The pandemic has affected the way many people do business, contractors included. Some have had to make significant changes to operating procedures to survive.
Toward the end of 2020, I interviewed Dan Foley, owner and president of Foley Mechanical in Lorton, Va. for our 20 Questions column. During the course of the interview, the conversation inevitably steered toward the coronavirus pandemic and I asked him how it had affected his business.
“We were going pretty strong, and then the brakes hit in March as clients just didn’t want us in the houses,” Foley recalled. “No one did. It was uncertainty.”
It was a sentiment that was echoed by many contractors with whom I spoke with last year. Uncertainty was a common theme. But then, as we continued to talk, Foley revealed to me that his business was put in further jeopardy when he began to exhibit symptoms of COVID-19.
“The first week of April, I started feeling funny and I just couldn’t get out of bed,” he said. “I went and got tested and I was positive (for COVID-19).”
Hospitalized for a week and unable to muster any energy for a few more after that, Foley realized an even bigger setback with his business — as the linchpin of the company, Foley’s business came to a halt without him there to lead his team.
“I’ve got talented technicians but I’m the one that brings the work in,” Foley said. “That was not a good place to be in because none of my guys were trained to close jobs or sell jobs or bring in work. So, we had no income basically.”
Throughout the summer, as Foley recovered and business started to pick up, he implemented changes within the company to ensure his absence didn’t stunt the company’s growth ever again.
His story is a cautionary tale that is all too familiar to contractors: Be sure your company can survive without you.
That said, I wondered how the pandemic affected others in the industry, so I reached out to a handful of contractors to find out what their experience has been in the past year and what changes they implemented to survive and thrive in the current global climate.
The panel included Mike Graessle, general manager of Hetter Heating & Cooling in Columbus, Ohio; Benson Green, president of Benson’s Heating and Air Conditioning in Tallahassee, Fla.; Eddie McDonald, owner of Zen Air Heating & Cooling in Suwanee, Ga.; Rob Minnick, president and CEO of Minnick’s in Laurel, Md.; and Brian Stack, president of Stack Heating, Cooling & Electric in Avon, Ohio.
Here’s what they had to say.
How has business been in the past 12 months?
Graessle: The overall mindset has changed in the past 12 Months. We are truly appreciative of our health, our clients and each other. Sometimes, you tend to take things for granted when things are flowing. What this pandemic did was got everyone to hit pause and assess this new environment.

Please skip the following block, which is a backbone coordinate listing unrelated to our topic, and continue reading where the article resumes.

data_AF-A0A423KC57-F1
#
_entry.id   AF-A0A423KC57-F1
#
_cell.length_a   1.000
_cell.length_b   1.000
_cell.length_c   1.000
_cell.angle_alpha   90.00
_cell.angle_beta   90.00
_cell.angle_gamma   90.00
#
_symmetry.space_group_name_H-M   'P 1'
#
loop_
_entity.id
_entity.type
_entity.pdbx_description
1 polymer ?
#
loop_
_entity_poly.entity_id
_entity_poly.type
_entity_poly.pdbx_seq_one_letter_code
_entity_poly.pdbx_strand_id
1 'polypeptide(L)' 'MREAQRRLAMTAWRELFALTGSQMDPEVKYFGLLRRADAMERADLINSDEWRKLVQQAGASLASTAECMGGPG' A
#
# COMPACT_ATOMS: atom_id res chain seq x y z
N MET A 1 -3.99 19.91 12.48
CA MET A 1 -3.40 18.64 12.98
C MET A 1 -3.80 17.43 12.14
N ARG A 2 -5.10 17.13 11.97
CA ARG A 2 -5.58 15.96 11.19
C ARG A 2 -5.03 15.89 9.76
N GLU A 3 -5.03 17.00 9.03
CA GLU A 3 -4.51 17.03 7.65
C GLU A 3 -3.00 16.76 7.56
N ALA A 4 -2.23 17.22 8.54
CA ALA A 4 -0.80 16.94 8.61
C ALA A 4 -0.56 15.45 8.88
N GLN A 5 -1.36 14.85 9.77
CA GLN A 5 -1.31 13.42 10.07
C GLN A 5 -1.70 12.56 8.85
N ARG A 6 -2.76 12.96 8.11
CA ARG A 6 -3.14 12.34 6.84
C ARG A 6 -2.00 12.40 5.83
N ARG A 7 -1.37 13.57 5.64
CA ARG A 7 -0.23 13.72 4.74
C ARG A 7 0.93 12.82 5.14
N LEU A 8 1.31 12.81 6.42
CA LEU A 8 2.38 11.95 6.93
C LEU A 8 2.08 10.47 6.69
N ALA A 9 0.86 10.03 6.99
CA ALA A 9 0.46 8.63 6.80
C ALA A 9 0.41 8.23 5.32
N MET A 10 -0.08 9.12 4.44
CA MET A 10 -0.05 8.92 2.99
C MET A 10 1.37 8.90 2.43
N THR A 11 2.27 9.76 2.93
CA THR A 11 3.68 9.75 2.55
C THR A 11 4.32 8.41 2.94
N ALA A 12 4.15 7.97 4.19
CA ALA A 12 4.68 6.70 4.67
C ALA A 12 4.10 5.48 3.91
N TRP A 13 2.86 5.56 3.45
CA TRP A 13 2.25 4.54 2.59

Immediately we sat down as a management team once the stay at home order hit. We calculated “worst case scenarios” if we shut down but kept payroll flowing. We assessed 90-day and six-month projections. We communicated stay at home and dispatching procedures for all field technicians.
We implemented schedules for office personnel to work from home and confirmed that systems were operable remotely. We stockpiled personal protective equipment (PPE) materials and distributed them to all employees. We changed advertising messages to ensure customers that we were adhering to the CDC guidelines. We took it one day, one call at a time.
Green: We were behind on budget and a little behind on 2019 numbers. No one thing just all the little things added up for the low sales.
McDonald: Last year was worse than expected. We were down about 35 percent from the previous year.
Minnick: It has been less than in the past, though I would not say horrible.
Stack: We were worried how the year was going to end up with the pandemic. The beginning of the year was rough. Things picked up through the summer, however, and we kept everyone working through the year. In the end, the year was better than I expected.
How did the pandemic affect your business last March/April?
Graessle: The customers were hesitant at first. They were trying to digest all of the media reports. March gradually slowed down and April was a challenge. For 60 days, service fell 35 percent and installations dropped 20 percent.
Green: We were a little slow just because we serve a lot of older citizens that did not want us in their homes for maintenance. But it didn’t last long once they saw all of our safety protocols in place.
McDonald: Business slowed tremendously.
Minnick: We had a horrible March, April and May in 2020.